Today — September 23 — is Celebrate Bisexuality+ Day, a day for us to recognize and celebrate bisexual history, and the bisexual+ people in our communities. Despite comprising more than half of the LGBTQ community, bisexual people face significant disparities even in comparison to their gay and lesbian peers.
Over the past three years, several significant studies and reports have come out that highlight the extent of bi+ erasure and the degree to which the experiences of bisexual people tend to be subsumed with those of gay and lesbian people in reporting and research on the LGB community.
Today, we’re highlighting some of the resources we think are most helpful in elevating the experience of our bisexual+ friends and family members.
1. Invisible Majority: The Disparities Facing Bisexual People and How to Remedy Them
Released last year by the Movement Advancement Project, Invisible Majority provides an overview of current research and challenges facing the bisexual community. The report focuses on the nearly five million adults in the United States who identify as bisexual and the millions more who have sexual or romantic attraction to or contact with people of more than one gender.
The authors conclude that bisexual people are often assumed to be gay, lesbian, or heterosexual based on the gender of their partner, and are significantly less likely to be open about their sexuality than their gay and lesbian peers. Bisexual people who are open about their sexuality experience unsafe and unsupportive educational environments, increased domestic violence, higher rates of workplace discrimination, and face greater disparities in mental and physical health.
2. In Focus: Reporting on the Bisexual Community
Shifting public narrative and conversations to be more open, accepting, and understanding of bisexual+ people’s experiences remains a significant challenge. In 2016 GLAAD partnered with BiNet USA, Bisexual Organizing Project, and Bisexual Resource Center to release In Focus: Reporting on the Bisexual Community, a resource guide to help journalists to more accurately report on the bisexual community and the differences between individuals within the community.
The document is brief and to the point, and has had a significant impact on the quality of reporting on bisexual people. Laying out clear terms and definitions, terms to avoid, best practices, and story ideas, this resource should be a must-read guide for any journalist or writer seeking to cover bisexual people responsibly and accurately.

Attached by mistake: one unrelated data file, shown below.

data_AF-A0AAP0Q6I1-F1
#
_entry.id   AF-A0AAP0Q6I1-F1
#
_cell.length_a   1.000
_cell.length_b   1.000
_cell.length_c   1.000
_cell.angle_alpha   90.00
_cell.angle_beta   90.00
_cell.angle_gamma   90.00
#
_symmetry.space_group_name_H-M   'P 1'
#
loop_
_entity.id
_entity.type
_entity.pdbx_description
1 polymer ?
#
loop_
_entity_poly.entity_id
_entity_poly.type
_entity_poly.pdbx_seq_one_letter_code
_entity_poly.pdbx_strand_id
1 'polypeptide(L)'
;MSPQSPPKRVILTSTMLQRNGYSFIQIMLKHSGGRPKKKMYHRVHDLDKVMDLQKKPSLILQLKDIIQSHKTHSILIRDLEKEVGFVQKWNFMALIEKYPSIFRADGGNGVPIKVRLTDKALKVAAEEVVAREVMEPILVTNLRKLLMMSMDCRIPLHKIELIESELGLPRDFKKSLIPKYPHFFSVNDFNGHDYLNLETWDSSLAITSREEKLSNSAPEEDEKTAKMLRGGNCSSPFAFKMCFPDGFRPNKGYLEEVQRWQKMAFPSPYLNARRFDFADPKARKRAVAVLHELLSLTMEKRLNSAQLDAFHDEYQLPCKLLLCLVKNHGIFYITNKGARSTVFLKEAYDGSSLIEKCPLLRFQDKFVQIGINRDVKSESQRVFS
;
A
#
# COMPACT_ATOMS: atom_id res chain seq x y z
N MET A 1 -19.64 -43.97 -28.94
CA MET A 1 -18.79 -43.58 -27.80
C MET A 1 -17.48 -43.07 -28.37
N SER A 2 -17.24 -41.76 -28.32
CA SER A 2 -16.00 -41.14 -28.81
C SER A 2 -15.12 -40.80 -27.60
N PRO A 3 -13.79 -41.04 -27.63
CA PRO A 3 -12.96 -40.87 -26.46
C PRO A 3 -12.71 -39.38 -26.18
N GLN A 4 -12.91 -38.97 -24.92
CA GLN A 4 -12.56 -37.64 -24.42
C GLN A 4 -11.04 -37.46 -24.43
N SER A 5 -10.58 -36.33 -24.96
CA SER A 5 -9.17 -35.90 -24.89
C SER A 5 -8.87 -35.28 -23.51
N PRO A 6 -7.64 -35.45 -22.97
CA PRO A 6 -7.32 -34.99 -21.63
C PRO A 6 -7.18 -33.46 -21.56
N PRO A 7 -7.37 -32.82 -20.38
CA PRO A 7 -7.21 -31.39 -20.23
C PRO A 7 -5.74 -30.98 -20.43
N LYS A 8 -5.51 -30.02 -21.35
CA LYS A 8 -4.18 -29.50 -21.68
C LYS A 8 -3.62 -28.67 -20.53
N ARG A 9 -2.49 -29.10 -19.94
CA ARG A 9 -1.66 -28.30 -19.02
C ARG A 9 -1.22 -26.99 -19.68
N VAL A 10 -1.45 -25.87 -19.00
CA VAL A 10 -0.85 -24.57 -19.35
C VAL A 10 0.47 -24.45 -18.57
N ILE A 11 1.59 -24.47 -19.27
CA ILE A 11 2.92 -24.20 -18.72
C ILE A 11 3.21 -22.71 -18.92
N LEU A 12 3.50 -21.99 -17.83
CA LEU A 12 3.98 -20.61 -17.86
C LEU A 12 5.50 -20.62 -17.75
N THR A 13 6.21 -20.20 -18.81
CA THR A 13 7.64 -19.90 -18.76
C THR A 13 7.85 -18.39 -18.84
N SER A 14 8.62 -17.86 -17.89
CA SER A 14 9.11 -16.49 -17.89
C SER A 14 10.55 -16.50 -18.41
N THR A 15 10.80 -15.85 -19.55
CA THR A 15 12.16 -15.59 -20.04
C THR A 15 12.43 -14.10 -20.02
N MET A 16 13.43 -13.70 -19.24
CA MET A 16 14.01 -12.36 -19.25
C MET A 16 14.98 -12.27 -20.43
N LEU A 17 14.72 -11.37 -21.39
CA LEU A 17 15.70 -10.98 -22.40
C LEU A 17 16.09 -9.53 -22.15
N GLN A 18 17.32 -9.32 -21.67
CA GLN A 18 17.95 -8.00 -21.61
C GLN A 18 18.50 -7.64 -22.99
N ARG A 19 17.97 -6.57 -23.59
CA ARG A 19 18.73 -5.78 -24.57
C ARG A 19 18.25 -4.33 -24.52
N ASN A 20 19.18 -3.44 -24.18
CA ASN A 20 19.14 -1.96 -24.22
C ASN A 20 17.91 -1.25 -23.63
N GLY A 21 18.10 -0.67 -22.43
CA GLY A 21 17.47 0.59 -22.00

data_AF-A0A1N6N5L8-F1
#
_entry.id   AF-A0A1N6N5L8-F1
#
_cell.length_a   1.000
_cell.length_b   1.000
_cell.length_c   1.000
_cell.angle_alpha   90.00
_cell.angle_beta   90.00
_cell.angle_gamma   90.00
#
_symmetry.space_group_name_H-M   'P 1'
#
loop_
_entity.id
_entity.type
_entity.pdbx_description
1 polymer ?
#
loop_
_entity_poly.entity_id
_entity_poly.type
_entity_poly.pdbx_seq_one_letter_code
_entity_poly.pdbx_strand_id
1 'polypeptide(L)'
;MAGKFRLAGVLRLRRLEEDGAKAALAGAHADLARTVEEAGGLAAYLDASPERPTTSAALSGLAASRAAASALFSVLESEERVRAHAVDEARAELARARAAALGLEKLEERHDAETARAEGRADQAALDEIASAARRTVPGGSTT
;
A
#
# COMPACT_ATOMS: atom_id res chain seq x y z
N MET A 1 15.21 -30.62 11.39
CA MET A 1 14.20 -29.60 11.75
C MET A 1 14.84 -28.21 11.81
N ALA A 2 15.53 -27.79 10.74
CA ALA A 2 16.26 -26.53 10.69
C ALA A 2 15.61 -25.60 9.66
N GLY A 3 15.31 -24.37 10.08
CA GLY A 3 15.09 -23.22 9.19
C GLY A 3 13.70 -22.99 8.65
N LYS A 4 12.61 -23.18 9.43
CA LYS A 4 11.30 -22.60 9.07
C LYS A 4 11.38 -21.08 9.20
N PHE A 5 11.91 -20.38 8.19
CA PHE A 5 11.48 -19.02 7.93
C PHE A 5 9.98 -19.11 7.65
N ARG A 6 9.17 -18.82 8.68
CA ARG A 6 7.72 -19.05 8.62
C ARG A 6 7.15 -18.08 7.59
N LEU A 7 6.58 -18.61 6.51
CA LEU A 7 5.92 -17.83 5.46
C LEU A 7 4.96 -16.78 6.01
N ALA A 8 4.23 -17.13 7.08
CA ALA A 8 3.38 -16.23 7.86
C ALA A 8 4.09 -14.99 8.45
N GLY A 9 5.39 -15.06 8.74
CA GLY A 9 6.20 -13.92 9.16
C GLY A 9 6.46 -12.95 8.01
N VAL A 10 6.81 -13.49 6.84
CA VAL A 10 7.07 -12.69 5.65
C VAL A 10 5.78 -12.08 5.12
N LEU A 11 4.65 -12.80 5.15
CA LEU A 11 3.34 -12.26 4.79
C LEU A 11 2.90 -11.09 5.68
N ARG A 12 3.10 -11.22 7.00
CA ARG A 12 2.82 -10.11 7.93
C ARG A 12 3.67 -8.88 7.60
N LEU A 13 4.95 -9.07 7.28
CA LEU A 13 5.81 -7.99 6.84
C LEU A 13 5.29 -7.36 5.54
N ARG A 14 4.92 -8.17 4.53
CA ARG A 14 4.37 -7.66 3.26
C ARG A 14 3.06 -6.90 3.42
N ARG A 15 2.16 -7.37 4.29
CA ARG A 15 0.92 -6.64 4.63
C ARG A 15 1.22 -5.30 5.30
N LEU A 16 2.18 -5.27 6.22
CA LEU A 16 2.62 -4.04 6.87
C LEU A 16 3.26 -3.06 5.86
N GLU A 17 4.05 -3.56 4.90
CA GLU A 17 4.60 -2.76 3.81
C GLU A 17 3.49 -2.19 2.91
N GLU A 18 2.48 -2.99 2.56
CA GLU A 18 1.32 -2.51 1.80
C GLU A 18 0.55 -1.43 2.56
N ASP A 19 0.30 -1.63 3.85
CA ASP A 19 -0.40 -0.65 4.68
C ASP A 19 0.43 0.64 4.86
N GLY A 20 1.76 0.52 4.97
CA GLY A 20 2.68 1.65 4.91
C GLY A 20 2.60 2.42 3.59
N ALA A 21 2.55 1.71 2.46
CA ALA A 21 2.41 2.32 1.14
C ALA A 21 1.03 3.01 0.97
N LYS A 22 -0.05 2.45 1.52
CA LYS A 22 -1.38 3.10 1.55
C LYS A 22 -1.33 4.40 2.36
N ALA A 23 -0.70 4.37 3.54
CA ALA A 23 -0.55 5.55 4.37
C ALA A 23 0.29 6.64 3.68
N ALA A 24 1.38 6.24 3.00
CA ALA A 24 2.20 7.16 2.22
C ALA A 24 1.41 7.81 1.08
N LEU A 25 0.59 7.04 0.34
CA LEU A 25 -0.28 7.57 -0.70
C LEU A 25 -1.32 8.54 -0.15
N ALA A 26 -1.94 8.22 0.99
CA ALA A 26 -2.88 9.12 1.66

On of the most pervasive misconceptions about bisexual people is that bisexuality is just a phase. #StillBisexual is a social media and video campaign designed to dispel that myth, and the website contains a great library of video content shared by bisexual participants reminding the world that their sexual orientation hasn’t changed.
The campaign organizers write: “What many people don’t understand about bisexuals is that whether we are single or in a relationship, regardless of our partners’ gender, our orientation persists. Being bisexual is lifelong for most of us. It is an identity, not a passing fad. We are still bisexual — no matter how many times folks may ask!”
4. Snapshot: Bisexual in America
This single page infographic prepared by the Movement Advancement Project pulls some of the most significant data points out of the research covered in the Invisible Majority report described above for easy access.
For anyone looking for a primer on the number of bisexual people in the United States today and the challenges they face, this is a great place to start.
This resource also highlights the challenge presented by a lack of data about bisexual people, despite the numbers. Without clear information about the life experiences of bisexual people, addressing disparities in health outcomes, safety from violence, and so many other areas is all the more challenging.
5. Resource Guide to Coming Out as Bisexual
Human Rights Campaign produced a great resource guide for bisexual people considering coming out. This accessible pamphlet walks you through the coming out process, starting by addressing simply coming out to yourself, before moving on to consider the process of coming out to family, friends, to your children, at work, and to healthcare providers, among others.
Where to find more resources and build bisexual community:
American Institute of Bisexuality
Bisexual Resource Center
Bisexual Organizing Project